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Re: NST Power Factor?
From: John H. Couture[SMTP:couturejh-at-worldnet.att-dot-net]
Sent: Saturday, January 10, 1998 10:11 PM
To: Tesla List
Subject: Re: NST Power Factor?
At 01:55 AM 1/9/98 +0000, you wrote:
>
>From: Thornton, Russ #CSR2000[SMTP:ThorntoR-at-rc.pafb.af.mil]
>Sent: Thursday, January 08, 1998 6:03 AM
>To: 'Tesla discussion Group'
>Subject: RE: NST Power Factor?
>
>>Subject: Re: NST Power Factor?
>>
>>
>>Using these will not save you any money, but they will draw substantially
>>less current and help you extend your variac's capability to drive
>>multiple transformers. Also, with a 660VAC oil cap of appropriate value,
>>any "normal PF" neon can be similarly corrected.
>>
>>-Adam
>
>Adam,
>How would one calculate the appropriate value for this correction cap?
>
>Thanks,
>
>Russ Thornton
>CSR 2040,
>Building 989, Rm. A1-N20
>Phone: (407) 494-6430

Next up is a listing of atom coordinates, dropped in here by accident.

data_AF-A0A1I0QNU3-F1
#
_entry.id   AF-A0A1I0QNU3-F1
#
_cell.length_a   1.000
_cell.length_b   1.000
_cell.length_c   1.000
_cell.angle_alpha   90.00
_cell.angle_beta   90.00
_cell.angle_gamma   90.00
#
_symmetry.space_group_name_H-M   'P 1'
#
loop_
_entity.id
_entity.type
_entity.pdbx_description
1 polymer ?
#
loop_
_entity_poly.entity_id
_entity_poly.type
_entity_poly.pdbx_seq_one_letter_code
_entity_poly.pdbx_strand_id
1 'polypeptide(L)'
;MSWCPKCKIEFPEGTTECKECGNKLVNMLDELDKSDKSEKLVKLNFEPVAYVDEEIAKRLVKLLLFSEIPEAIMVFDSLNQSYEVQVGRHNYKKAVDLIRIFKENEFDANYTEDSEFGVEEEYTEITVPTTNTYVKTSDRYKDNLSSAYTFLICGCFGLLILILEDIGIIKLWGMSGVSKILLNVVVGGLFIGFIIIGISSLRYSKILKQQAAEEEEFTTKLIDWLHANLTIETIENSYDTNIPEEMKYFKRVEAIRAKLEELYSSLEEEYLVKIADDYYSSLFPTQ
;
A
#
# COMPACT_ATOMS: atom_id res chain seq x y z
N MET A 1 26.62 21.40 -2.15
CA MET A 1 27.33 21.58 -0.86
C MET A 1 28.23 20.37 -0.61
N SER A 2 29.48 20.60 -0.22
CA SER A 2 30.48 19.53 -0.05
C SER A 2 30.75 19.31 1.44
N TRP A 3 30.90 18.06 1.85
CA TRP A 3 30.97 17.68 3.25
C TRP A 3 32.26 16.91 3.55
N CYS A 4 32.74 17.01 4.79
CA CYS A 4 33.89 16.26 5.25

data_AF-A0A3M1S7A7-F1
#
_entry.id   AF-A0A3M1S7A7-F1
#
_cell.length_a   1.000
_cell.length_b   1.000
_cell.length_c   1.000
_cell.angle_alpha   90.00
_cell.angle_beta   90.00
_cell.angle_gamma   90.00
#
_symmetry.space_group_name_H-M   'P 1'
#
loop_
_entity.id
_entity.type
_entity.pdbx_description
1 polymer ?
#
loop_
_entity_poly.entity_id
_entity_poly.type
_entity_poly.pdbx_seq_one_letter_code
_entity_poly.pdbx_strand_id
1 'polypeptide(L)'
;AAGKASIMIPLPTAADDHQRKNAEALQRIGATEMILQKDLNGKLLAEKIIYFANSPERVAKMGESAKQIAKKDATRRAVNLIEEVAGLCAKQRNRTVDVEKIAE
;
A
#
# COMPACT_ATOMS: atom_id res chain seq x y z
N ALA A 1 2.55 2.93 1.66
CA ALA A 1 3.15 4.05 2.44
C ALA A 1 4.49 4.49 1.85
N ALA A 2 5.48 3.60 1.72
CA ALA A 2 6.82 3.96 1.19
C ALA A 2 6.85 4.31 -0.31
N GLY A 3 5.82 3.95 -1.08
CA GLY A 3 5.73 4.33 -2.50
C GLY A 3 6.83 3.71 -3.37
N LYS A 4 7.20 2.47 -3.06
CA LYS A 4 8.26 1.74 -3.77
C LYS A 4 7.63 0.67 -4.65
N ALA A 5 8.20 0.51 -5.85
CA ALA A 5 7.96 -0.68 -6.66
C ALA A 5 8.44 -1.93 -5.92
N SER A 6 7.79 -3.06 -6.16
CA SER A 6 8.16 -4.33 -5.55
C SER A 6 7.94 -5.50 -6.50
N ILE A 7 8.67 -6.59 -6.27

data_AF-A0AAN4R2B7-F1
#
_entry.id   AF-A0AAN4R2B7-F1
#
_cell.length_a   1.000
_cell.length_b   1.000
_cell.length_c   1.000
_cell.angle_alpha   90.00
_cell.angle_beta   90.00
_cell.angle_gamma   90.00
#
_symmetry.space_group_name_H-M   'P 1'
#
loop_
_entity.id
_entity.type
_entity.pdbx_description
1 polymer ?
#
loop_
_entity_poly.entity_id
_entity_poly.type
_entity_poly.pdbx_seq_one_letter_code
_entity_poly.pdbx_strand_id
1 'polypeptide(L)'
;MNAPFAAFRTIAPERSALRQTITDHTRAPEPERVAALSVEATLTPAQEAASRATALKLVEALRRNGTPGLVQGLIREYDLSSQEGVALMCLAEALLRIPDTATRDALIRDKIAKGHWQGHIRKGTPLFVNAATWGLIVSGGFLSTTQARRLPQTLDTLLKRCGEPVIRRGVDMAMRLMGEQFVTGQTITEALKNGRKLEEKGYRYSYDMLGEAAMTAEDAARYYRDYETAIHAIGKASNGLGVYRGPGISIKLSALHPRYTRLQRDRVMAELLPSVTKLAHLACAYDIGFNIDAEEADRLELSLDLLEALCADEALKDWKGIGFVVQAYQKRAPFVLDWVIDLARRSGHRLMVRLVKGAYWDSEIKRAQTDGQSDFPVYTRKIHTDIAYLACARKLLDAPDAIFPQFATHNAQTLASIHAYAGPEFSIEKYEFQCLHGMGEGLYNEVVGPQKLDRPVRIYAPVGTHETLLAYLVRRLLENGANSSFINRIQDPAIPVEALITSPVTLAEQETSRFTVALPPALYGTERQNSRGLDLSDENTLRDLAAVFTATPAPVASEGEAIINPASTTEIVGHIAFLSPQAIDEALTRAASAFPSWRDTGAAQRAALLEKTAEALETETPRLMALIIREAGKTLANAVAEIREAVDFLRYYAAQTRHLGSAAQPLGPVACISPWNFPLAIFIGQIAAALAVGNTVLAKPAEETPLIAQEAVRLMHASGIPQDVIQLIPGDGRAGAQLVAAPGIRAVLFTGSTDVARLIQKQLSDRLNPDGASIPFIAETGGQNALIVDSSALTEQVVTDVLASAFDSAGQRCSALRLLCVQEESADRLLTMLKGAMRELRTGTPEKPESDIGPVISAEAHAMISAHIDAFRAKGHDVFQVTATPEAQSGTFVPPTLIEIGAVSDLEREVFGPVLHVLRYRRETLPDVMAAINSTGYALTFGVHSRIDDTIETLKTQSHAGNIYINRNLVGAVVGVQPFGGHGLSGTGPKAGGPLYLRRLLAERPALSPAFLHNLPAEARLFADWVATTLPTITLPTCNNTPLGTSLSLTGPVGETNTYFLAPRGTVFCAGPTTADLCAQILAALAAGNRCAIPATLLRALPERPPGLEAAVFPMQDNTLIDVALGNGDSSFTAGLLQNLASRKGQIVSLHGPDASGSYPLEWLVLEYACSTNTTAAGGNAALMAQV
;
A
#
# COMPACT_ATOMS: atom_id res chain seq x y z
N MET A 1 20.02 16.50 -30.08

>Email: thorntor-at-rc.pafb.af.mil
---------------------------------------------------------
Russ -
Uncorrected neon transformers are usually 50% power factor. To correct
them for 90% power factor add a capacitor calculated as follows:
For 120 volts c uf = .08 V A
For 240 volts c uf = .02 V A
V = neon secondary volts A = neon secondary amps
Example Neon 15000 volts 60 ma 60 hz 50% PF
C = .08 x 15000 x .06 = 72 uf For 120 volts
C = .02 x 15000 x .06 = 18 uf For 240 volts
------------------------
If you are math minded and want to calculate for other conditions use the
following:
K1 = sin(arc cos (LPF) - sin(arc cos(HPF))
K2 = (K1 x 10^6) / (6.283 x F x Vp^2)
C = K2 x V x A uf
Example for above neon
K1 = sin(arc cos(.50) - sin(arc cos(.90)) = .435
K2 = (.435 x 10^6) / (6.283 x 60 x 120^2) = .08 (For 120 volts)
K2 = (.435 x 10^6) / (6.283 x 60 x 240^2) = .02 (For 240 volts)
C = K2 x V A = .08 x 15000 x .06 = 72 uf For 120 volts
C = K2 x V A = .02 x 15000 x .06 = 18 uf For 240 volts
John couture